: TV :: The Fix :: Paste

A famous black man is charged for murdering his wife. After sensational trial, he has received innocent. A criticism from all sides of a Los Angeles district attorney is prosecuted.

Sound familiar?

There is reason for it. Marcia Clark, the DA who famously named O.J. Simpson acts as an executive producer and co-writer on the ABC play The Fix. In the series, district attorney Maya Travis (Robin Tunney) is drawn back to the city and the profession she left when the second woman Sevvy Johnson films is murdered and Sevvy is the main suspect. to it. Adewale Akinnuoye-Agbaje is Sevvy, a man who claims he is innocent even when the evidence against him is coming up.

B & # 39 might be better known about Mr mysterious Eko to play Lost, Akinnuoye-Agbaje Sevvy implies with complex emotions and stimuli. One you think is not guilty, the next you are sure he did it.

Paste they recently had the opportunity to speak to Akinnuoye-Agbaje about inspiring character inspired by O.J. Simpson, working with Clark, and her new film, Farming, which tells the story of his childhood.[[[[Editor's note: The following interview is arranged lightly for clarity and duration.]

Paste: When I'm watching the show, my mind keeps changing under Sevvy. I can not decide whether he is innocent or guilty. Did you know that Sevvy undertook the project?

Adewale Akinnuoye-Agbaje: I knew. Duplication is certainly more challenging if you are aware of whether you are guilty or not. It is much more helpful not to be aware. I would accept when I was guilty and would take action where I was innocent. So I had my little techniques. To assess the audience, I commended this to the directors and writers and that's how I played it.

Paste: How do you start playing a character that was twice charged with murder?

Akinnuoye-Agbaje: I think it's like any character I played. I had many suspicious characters in my life. Each of them has been charged with certain crimes, and none of those things are truly committed in my real life. Of course, with Sevvy Johnson there was a lot of material that inspired the series, so I was able to get to grips with Marcia too. We reviewed evidence. I watched the O.J.: Made in America documentary. I did a lot of research around the case but to put me in the kind of character character I was playing.

Paste: You do not play O.J. Simpson, but it is clearly motivated by Sevvy.

Akinnuoye-Agbaje: Although fictional, it gave me a rich resource to pull out of. I was around. at the time this case was going on, so I had my own references to what I felt and how I saw others reacting, so I had a certain amount of knowledge. I think that one aspect of this character that was interesting to me and that I had not seen in the case or in the media, as it affected him as a person and his family was short, so it was interesting for me – to really look into the background family and the psychological and emotional turmoil that a high profile case like this can affect, and the consequence of that when people who love you start questioning your innocence. That was very exciting, to be honest. It shows how much the man was doing, rather than just saying, “He is a film star who suspects him.” I thought and discussed this with the writers what he had given to a man so come with this. build up a country and himself, because I felt that the bets would be increased and that it would greatly add to his loss.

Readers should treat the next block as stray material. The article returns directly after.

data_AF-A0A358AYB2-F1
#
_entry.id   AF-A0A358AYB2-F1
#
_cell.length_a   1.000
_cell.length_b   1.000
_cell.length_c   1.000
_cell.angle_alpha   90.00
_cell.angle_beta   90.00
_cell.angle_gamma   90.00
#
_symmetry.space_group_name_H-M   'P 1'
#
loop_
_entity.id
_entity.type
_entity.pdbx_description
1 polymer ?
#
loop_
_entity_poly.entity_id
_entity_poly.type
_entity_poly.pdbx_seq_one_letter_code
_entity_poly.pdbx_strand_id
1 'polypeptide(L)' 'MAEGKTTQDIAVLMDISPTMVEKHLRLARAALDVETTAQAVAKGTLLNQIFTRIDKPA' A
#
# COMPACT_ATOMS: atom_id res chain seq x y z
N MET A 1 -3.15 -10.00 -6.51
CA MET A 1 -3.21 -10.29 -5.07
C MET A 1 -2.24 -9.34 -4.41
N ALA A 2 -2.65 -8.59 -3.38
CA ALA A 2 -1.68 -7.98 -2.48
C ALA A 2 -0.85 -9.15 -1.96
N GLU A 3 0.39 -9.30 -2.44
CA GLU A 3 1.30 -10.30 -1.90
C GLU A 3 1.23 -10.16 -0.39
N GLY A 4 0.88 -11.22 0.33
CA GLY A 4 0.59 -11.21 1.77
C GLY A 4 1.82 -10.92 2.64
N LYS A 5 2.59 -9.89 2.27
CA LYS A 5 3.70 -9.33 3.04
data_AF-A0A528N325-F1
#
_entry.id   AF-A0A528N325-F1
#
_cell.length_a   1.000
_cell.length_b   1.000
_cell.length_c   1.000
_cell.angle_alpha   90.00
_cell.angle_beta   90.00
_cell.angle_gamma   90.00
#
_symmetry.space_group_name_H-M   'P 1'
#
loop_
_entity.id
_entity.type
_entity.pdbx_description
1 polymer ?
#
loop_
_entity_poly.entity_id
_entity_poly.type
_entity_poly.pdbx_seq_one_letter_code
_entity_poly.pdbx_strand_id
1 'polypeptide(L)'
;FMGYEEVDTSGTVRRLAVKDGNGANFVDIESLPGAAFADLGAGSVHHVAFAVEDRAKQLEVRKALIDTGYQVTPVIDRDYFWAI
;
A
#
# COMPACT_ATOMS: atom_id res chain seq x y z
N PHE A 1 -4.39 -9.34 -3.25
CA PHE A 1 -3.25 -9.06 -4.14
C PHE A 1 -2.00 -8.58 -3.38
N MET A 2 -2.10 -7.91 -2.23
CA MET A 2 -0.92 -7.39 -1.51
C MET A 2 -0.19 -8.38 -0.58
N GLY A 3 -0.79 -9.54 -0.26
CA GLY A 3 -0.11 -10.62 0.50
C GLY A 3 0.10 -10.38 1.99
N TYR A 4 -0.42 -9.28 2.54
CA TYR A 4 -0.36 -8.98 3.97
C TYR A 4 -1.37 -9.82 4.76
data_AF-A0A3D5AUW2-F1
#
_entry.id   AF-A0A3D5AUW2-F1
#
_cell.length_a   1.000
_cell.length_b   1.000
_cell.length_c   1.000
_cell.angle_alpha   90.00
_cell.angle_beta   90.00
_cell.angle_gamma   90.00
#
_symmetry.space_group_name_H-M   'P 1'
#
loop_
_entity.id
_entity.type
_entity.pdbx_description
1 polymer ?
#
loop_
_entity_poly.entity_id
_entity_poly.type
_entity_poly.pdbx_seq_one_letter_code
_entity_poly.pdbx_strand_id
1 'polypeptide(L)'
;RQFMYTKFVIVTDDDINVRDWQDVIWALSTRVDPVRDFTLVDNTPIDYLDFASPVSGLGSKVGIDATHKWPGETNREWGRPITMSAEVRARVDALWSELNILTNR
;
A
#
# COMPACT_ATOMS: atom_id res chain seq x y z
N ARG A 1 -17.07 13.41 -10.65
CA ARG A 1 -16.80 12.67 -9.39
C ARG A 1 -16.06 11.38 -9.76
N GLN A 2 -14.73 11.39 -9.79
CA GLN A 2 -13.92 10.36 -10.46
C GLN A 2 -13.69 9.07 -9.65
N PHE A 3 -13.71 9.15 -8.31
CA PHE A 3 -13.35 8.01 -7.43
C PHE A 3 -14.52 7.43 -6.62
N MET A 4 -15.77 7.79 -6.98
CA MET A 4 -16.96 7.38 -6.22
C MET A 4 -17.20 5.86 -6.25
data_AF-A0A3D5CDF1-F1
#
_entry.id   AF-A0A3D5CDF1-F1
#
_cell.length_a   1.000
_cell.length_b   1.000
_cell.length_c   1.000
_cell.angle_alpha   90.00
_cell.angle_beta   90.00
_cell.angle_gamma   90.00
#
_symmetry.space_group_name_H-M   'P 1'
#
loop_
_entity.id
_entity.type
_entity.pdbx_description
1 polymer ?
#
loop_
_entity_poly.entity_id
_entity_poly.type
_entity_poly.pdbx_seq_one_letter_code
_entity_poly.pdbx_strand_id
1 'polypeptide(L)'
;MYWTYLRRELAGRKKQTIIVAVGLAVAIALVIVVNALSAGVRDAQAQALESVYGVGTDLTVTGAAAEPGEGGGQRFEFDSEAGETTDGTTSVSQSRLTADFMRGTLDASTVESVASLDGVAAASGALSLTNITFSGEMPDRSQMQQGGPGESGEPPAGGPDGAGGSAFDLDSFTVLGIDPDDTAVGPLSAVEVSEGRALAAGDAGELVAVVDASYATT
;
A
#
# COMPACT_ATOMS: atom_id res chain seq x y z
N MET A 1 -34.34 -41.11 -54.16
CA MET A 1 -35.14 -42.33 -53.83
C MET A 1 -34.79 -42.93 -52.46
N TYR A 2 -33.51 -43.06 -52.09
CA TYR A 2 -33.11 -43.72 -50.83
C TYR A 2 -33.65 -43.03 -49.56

Paste: It is clear that people will make many comparisons between Sevvy and O.J. Simpson.

Akinnuoye-Agbaje: Taking the role was a complex one, as I said, “Well, why are we doing this again? Why are we going to open that wound and change that story again? “As I talk to Marcia and the writers, I realized that it was not to repeat that case in any way, shape, or form. There are obvious similarities, and I think so right: He is a black man on trial in the murder of two white people and a woman who could play Marcia Clark's character. It has been produced and written by Marcia Clark. The pilot is an originating story. People should then draw their own similarities to what happened back.

When it's different when we go into these 10 episodes, it's a fiction. It happens, “What would happen if this happened? What would have happened if he had said this? What would happen if we looked at it from this point of view? ”Many of the issues raised in the case are still relevant today, whether institutional racism is in force in the police force, whether it is sexual in the legal industry, whether the racial profile of black celebrities, is now happening to enough… The impact on him and mentally and emotionally and how he comes into that world. I want to see how this man came. I want to see the human side and want to see what's really going on. I think Marcia is a point of reference for one of the things that makes the story interesting. I could go to her and say, “Did this really happen? Would you really do this when we are in court? ”I felt it was worth revisiting it, because unfortunately, many of the issues that the O.J. the test taken is still very relevant today.

Paste: Marcia Clark has been a public figure for many years. What surprised you when you came together and worked with her?